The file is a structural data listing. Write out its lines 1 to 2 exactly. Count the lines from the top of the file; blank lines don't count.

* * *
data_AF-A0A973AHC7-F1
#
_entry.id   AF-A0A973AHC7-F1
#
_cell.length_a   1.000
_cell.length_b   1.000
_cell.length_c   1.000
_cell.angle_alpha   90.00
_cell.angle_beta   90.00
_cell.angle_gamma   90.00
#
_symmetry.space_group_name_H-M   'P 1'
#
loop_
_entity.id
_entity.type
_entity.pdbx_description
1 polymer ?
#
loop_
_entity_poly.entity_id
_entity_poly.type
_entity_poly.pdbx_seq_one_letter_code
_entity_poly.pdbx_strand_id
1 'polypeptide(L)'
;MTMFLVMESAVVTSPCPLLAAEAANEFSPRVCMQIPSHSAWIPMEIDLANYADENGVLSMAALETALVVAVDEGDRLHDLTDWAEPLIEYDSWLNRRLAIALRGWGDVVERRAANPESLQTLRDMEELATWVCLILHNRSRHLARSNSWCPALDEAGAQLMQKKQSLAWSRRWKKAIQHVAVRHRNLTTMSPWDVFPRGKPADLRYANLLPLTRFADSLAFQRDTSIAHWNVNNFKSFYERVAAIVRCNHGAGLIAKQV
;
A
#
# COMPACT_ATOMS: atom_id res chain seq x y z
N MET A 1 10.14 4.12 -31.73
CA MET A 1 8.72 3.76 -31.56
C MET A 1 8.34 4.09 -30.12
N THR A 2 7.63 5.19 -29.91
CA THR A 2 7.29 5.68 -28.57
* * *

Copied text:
data_AF-A0A973AHC7-F1
#